One of the people to view this mysterious star was the great Danish astronomer Tycho Brahe (1546-1601). Tycho (pronounced "tee-koh") noted that this new star did not change position like the planets but stayed fixed in the sky. This observation was in direct opposition to the classical Aristotelian worldview which held that the heavens were fixed and immutable - the worldview also shared by the church. Something was terribly amiss in the sky.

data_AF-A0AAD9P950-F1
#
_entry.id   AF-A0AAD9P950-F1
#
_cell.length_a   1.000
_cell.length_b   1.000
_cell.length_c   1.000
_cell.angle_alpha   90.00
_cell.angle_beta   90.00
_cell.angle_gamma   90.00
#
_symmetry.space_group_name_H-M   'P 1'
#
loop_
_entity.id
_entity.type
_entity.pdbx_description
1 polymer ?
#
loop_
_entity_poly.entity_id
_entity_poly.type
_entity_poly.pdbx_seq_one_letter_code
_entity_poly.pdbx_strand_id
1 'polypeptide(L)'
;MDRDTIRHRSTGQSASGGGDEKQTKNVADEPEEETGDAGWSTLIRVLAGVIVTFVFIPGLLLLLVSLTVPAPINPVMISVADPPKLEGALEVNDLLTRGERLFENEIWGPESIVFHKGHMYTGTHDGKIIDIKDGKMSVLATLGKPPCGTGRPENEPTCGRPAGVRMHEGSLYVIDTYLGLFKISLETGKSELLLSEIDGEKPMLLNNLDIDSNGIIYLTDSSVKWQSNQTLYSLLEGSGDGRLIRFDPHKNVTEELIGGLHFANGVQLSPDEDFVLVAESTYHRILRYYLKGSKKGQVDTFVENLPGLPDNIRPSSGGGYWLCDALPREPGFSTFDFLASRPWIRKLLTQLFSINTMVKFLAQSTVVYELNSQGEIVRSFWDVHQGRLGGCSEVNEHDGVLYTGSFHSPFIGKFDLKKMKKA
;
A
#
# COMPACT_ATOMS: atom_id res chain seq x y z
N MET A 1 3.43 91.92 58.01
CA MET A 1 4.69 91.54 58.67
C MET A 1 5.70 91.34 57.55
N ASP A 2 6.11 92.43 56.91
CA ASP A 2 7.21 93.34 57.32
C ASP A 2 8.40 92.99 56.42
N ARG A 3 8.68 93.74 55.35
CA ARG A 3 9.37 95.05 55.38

Tycho wrote up his and other observations of the new star in De nova et nullius aevi memoria prius visa stella usually known today simply as De nova stella, "the new star". Today we still call these types of stars "novae" and this one is now known as Tycho's star in his honor.
When yond same star that's westward from the pole
Had made his course to illume that part of heaven
Where now it burns...